Kellogg’s Kashi cereal division announced the launch of two new certified organic cereals on Tuesday: Simply Maize and Indigo Morning. The announcement comes just weeks after a photo condemning the cereal company for hidden genetically modified ingredients went viral on the Internet.
Last year, The Cornucopia Institute, a public interest group fighting for economic justice for the small-scale organic family farm, released an in-depth report entitled “Cereal Crimes,” which named several top-selling natural food cereal brands, including Kashi, as testing positive for genetically modified ingredients despite claims that the products were all natural. The World Health Organization defines genetically modified organisms as organisms that have been altered by science and would not occur naturally, and while unregulated, the misuse of the term “natural” has landed major manufacturers including Frito Lay, ConAgra and Pepsi in court battling class action lawsuits over the issue.
Kashi is a division of the agribusiness giant Kellogg’s.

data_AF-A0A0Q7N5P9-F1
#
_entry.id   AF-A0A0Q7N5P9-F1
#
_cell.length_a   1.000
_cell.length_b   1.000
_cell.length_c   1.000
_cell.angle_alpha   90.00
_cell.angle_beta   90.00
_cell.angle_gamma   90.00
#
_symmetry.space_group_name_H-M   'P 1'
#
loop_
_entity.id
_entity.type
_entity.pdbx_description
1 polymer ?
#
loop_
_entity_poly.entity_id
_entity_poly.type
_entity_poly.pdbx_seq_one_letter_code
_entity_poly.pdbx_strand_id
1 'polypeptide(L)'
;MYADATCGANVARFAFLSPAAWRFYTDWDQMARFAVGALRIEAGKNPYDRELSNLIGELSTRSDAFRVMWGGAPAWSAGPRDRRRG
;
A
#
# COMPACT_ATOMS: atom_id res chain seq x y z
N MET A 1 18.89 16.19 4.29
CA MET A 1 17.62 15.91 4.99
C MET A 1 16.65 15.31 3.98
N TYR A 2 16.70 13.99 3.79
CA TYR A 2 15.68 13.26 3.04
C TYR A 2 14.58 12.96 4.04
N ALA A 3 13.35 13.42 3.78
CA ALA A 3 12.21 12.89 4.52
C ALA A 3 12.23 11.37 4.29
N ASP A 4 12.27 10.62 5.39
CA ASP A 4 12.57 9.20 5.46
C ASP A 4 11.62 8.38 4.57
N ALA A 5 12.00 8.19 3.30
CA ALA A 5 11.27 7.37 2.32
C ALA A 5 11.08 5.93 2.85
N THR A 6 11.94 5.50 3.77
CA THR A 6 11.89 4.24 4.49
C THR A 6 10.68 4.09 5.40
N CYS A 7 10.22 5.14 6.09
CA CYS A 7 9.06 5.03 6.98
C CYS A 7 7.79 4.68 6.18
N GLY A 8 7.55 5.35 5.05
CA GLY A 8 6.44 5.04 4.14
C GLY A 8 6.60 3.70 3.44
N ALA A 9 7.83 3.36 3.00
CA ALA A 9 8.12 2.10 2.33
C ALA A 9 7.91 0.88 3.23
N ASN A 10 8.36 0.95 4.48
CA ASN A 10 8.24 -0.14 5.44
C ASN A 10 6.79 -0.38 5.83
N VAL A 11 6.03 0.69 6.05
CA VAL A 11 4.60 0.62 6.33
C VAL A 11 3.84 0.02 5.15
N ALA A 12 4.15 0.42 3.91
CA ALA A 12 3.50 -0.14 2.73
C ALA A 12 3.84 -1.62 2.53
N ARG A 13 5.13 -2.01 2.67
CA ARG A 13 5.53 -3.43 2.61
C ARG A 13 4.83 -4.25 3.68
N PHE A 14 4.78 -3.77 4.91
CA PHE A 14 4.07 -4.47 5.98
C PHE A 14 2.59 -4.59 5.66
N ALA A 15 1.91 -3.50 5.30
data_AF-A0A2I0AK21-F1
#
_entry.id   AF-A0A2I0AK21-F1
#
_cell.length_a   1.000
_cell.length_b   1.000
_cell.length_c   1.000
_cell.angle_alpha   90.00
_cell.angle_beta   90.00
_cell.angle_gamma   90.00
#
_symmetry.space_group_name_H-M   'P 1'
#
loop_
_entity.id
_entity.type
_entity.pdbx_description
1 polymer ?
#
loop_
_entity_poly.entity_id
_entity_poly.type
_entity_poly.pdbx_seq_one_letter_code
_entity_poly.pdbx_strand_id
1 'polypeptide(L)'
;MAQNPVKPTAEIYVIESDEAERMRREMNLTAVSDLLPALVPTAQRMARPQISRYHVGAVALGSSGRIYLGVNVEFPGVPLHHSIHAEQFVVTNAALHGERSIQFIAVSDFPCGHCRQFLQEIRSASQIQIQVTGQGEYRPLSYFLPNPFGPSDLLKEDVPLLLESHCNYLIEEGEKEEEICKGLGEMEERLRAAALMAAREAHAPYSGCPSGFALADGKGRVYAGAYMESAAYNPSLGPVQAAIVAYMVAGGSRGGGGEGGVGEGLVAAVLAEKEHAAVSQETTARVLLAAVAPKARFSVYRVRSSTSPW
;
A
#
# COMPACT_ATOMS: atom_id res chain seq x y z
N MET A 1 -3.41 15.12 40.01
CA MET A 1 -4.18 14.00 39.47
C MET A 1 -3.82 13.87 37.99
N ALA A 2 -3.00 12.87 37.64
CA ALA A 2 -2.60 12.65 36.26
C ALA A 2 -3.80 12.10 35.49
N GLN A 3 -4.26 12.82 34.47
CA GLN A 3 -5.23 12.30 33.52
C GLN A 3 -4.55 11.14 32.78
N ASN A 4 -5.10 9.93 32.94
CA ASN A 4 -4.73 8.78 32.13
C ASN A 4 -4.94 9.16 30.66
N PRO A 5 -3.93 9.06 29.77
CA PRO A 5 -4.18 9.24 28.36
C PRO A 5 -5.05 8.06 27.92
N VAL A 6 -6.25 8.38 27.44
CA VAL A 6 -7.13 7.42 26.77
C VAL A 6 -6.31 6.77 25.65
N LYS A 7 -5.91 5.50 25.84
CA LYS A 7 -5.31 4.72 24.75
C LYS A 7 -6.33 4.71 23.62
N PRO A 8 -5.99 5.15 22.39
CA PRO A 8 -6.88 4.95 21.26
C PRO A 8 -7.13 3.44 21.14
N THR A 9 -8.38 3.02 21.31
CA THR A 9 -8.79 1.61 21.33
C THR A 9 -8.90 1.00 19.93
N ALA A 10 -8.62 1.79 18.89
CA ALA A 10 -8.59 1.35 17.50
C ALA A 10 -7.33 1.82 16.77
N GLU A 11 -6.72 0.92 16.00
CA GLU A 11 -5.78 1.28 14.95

Several months after The Cornucopia Institute’s report, Rhode Island natural food store, The Green Grocer, posted a sign on the empty shelf where the popular Kashi cereals used to sit stating that the cereals were pulled because “… 100% of the soy used in Kashi products is genetically modified, and that when the USDA tested the grains used there were found to be pesticides that are known carcinogens and hormone disruptors.”
The photo, which went viral, led to a slew of comments on Kashi’s Facebook page and calls to their customer service line, and then an announcement from Kashi officials stating that by 2015, all new Kashi products will be at least 70 percent organic and will also be Non-GMO Project Verified.
Dodging the issue of the viral backlash over the use of GMOs, in a press release about the new cereals, the company states only that the cereals are “part of Kashi’s commitment to increase the company’s availability of organic and Non-GMO Project Verified foods.”
In response, Mark Kastel, Senior Farm Policy Analyst and Codirector at The Cornucopia Institute said, “This is a positive move for Kellogg’s/Kashi. We hope that these products are well received they will consider switching more of their products over to full certified organic production rather than their previous commitment of 70% organic ingredients.”
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